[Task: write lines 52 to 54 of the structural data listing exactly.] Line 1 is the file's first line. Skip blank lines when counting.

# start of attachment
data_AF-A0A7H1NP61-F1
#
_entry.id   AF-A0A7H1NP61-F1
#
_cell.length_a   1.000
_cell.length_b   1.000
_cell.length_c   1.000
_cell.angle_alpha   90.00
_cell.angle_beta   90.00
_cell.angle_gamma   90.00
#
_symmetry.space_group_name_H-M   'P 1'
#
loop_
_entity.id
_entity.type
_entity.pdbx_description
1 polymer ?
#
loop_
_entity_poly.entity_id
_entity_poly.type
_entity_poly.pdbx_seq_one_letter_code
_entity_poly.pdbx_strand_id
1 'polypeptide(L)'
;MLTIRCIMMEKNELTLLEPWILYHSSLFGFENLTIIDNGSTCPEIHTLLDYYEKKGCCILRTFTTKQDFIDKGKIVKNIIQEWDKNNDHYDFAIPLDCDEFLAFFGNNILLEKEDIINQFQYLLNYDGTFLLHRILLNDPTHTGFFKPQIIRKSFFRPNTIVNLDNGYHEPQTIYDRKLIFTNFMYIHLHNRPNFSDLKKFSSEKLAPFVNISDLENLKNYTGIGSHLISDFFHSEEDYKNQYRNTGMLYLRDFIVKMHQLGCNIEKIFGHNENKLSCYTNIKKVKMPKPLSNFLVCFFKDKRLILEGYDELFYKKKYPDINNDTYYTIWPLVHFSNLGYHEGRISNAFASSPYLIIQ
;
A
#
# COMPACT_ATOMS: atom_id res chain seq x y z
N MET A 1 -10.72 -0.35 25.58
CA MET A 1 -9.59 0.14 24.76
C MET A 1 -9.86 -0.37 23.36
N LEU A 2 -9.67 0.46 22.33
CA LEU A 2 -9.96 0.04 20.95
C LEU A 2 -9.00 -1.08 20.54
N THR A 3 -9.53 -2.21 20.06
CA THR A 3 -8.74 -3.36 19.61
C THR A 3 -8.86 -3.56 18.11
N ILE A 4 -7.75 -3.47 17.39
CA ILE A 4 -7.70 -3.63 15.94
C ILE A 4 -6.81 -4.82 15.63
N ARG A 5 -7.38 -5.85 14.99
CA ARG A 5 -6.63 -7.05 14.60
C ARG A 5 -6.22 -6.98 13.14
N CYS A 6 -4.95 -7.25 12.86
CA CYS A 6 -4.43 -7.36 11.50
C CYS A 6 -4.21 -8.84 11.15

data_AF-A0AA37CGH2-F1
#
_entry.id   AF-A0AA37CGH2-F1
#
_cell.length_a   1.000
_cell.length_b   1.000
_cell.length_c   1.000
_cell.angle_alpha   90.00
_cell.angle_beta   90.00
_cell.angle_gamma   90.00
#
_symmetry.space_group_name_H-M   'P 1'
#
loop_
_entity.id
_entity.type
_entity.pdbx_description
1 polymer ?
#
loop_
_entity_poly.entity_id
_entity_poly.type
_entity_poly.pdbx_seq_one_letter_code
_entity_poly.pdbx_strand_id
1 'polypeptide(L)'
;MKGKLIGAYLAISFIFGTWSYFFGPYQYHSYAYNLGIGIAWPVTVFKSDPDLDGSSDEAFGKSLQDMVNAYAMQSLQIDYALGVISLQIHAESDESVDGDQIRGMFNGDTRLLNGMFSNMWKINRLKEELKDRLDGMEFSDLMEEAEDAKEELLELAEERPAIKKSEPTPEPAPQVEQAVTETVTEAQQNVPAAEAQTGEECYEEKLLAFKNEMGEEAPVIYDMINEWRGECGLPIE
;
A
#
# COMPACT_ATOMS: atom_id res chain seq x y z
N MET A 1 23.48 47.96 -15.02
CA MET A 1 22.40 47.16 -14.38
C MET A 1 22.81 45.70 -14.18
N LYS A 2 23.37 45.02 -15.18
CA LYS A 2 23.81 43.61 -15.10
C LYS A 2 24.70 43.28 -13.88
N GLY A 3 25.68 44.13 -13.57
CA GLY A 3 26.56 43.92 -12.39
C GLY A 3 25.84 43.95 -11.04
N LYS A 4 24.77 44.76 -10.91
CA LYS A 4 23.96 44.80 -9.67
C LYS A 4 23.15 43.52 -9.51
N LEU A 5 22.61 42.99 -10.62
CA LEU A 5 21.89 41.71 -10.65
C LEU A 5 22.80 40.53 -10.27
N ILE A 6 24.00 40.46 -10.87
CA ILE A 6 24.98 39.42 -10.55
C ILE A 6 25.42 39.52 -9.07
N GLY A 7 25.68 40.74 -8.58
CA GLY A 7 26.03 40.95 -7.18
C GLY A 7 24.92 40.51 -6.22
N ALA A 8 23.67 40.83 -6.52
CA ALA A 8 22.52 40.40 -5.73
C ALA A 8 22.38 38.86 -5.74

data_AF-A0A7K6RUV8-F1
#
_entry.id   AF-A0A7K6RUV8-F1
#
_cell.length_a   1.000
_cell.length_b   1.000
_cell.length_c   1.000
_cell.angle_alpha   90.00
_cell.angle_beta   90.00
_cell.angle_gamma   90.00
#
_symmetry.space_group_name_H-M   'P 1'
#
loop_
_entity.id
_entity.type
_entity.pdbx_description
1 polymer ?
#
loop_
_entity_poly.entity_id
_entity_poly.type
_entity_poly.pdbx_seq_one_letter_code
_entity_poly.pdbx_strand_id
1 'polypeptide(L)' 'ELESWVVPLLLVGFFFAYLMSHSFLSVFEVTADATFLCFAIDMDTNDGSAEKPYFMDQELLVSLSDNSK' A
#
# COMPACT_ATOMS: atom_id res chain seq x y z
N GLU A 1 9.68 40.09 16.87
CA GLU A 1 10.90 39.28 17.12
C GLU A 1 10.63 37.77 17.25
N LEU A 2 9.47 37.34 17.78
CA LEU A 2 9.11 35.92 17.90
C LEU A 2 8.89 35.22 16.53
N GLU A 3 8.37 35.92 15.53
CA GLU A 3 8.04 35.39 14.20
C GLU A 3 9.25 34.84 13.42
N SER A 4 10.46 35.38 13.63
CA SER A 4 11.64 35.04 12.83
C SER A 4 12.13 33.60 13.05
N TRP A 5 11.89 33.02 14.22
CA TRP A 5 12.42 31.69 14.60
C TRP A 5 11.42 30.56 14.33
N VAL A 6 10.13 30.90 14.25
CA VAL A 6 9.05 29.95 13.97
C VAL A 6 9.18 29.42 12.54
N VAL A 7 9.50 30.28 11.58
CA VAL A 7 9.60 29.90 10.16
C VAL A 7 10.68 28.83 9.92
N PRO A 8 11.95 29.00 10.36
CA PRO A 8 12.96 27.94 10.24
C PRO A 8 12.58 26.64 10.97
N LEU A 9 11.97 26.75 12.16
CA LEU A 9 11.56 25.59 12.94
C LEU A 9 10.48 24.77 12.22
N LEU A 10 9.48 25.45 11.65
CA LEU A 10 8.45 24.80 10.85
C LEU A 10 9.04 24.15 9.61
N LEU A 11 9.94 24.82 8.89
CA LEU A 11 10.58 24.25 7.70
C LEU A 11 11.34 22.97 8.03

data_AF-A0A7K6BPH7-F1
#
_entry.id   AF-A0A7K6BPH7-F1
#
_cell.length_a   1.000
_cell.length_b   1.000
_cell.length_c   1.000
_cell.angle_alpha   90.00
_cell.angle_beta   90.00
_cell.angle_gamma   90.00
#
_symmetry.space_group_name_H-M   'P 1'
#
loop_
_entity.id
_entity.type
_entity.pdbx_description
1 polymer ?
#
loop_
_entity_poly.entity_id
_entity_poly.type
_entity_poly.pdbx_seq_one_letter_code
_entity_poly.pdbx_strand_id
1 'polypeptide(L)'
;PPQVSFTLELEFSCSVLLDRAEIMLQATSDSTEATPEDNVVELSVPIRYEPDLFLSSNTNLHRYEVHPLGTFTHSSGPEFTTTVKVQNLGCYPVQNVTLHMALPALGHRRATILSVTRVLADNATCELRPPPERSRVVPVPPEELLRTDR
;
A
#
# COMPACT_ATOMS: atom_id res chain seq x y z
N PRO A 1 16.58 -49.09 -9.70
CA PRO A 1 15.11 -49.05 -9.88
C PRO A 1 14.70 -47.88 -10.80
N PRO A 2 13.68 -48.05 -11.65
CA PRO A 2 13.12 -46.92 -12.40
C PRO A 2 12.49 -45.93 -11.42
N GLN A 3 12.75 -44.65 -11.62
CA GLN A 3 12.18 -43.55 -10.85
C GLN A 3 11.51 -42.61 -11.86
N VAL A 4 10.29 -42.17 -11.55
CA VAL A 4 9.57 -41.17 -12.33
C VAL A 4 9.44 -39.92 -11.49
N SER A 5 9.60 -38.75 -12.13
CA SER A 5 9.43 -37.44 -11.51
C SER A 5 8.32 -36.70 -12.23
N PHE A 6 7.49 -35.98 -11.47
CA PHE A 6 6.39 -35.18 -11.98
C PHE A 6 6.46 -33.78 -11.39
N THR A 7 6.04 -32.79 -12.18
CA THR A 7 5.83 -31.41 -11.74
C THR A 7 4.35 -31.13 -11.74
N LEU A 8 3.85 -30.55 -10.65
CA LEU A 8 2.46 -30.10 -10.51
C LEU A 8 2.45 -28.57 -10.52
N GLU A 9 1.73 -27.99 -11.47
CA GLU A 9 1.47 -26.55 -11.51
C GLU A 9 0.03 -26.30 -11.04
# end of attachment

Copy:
#
_cell.length_a   1.000
_cell.length_b   1.000